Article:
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Title: Tree diversity effects on soil microbial biomass and respiration are context dependent across forest diversity experiments
Abstract Aim

Soil microorganisms are essential for the functioning of terrestrial ecosystems. Although soil microbial communities and functions are linked to tree species composition and diversity, there has been no comprehensive study of the generality or context dependence of these relationships. Here, we examine tree diversity–soil microbial biomass and respiration relationships across environmental gradients using a global network of tree diversity experiments.


Boreal, temperate, subtropical and tropical forests.

Time period


Major taxa studied

Soil microorganisms.


Soil samples collected from 11 tree diversity experiments were used to measure microbial respiration, biomass and respiratory quotient using the substrate‐induced respiration method. All samples were measured using the same analytical device, method and procedure to reduce measurement bias. We used linear mixed‐effects models and principal components analysis (PCA) to examine the effects of tree diversity (taxonomic and phylogenetic), environmental conditions and interactions on soil microbial properties.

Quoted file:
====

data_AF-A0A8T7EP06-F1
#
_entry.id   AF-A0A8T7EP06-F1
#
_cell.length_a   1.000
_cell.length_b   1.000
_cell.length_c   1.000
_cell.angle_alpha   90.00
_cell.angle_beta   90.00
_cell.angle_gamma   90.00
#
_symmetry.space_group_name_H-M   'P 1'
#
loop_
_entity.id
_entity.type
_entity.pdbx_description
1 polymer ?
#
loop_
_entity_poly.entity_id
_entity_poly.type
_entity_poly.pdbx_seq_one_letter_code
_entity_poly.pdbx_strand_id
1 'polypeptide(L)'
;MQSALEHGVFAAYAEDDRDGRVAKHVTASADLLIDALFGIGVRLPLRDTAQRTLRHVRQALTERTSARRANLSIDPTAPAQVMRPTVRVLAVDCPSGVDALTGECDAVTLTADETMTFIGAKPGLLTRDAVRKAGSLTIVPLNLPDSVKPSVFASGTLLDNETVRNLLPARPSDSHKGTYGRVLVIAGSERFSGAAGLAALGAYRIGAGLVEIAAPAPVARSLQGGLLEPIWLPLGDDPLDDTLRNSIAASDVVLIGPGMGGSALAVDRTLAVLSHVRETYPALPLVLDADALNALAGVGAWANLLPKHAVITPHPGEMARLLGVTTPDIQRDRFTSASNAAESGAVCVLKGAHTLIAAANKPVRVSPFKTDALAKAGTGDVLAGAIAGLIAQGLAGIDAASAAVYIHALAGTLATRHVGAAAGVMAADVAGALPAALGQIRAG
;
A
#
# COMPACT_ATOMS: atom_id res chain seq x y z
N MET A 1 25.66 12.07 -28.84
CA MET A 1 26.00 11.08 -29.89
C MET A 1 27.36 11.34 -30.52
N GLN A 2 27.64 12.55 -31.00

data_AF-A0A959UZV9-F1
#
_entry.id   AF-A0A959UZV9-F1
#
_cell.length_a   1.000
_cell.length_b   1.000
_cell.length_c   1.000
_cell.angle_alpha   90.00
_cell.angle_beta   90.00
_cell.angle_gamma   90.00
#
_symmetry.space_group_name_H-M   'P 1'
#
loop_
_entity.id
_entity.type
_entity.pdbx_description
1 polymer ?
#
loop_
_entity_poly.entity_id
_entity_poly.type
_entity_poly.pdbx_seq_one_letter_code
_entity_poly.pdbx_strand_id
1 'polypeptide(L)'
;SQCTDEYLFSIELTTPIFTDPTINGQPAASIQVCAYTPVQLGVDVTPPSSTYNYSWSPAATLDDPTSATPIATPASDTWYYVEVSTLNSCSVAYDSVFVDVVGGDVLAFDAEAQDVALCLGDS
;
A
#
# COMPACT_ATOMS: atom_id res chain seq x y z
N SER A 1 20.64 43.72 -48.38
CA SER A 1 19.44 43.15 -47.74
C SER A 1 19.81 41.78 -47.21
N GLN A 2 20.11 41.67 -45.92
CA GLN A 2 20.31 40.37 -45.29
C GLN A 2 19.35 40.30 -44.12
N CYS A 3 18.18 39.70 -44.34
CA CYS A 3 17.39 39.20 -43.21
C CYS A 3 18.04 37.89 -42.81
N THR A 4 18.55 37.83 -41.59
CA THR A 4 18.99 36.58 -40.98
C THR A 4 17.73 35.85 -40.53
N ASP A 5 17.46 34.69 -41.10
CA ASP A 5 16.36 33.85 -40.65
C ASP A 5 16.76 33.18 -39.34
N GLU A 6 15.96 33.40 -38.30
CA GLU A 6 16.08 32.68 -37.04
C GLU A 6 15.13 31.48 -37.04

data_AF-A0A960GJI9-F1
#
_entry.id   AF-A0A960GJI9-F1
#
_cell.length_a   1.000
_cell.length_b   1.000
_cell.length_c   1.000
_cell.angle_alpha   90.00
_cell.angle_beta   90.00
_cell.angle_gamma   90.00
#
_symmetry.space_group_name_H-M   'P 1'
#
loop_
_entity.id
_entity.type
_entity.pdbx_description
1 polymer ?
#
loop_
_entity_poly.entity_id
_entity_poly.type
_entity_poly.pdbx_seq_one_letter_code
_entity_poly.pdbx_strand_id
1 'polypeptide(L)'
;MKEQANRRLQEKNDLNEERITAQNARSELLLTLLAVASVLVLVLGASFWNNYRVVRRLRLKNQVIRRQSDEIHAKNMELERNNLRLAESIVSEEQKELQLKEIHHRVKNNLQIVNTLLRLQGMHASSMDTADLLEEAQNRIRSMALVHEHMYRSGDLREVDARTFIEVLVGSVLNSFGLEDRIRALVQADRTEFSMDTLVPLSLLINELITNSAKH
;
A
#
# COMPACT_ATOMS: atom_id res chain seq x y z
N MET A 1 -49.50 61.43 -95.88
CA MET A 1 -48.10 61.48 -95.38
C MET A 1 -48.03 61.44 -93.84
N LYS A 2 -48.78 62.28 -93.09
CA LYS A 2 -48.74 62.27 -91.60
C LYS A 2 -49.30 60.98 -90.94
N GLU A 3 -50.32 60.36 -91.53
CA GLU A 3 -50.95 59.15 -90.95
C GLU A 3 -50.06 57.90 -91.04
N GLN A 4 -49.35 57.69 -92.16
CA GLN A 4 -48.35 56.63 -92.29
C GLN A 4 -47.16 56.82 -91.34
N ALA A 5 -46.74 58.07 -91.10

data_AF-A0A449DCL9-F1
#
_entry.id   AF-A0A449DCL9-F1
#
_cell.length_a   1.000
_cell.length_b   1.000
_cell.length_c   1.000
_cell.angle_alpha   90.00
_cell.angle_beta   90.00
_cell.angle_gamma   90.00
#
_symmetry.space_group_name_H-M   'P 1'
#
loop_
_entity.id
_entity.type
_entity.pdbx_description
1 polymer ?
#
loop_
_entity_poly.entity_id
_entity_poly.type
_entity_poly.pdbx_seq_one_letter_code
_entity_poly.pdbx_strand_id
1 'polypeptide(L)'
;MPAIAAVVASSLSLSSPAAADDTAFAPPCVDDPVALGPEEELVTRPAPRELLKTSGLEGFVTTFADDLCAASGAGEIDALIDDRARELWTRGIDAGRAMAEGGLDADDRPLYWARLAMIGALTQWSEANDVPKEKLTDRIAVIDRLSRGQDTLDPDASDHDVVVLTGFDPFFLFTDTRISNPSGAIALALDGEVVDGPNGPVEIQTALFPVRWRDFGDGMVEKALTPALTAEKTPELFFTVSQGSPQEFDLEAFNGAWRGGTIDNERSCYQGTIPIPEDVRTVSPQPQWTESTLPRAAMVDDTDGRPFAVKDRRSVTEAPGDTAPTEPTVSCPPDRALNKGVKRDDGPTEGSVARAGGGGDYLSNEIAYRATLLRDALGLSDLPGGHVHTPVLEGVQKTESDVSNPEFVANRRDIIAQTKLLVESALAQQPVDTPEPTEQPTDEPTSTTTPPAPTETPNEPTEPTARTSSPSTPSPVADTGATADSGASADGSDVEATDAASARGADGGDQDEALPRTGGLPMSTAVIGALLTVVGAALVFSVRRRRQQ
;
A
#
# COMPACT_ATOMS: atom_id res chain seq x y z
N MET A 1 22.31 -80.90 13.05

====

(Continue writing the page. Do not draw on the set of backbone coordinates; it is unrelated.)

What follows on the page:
Abiotic drivers, mainly soil water content, but also soil carbon and soil pH, significantly increased soil microbial biomass and respiration. High soil water content reduced the importance of other abiotic drivers. Tree diversity had no effect on the soil microbial properties, but interactions with phylogenetic diversity indicated that the effects of diversity were context dependent and stronger in drier soils. Similar results were found for soil carbon and soil pH.

Main conclusions

Our results indicate the importance of abiotic variables, especially soil water content, for maintaining high levels of soil microbial functions and modulating the effects of other environmental drivers. Planting tree species with diverse water‐use strategies and structurally complex canopies and high leaf area might be crucial for maintaining high soil microbial biomass and respiration. Given that greater phylogenetic distance alleviated unfavourable soil water conditions, reforestation efforts that account for traits improving soil water content or select more phylogenetically distant species might assist in increasing soil microbial functions.

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Date Published:
Journal Name:
Global Ecology and Biogeography
Page Range / eLocation ID:
p. 872-885
Medium: X
Sponsoring Org:
National Science Foundation
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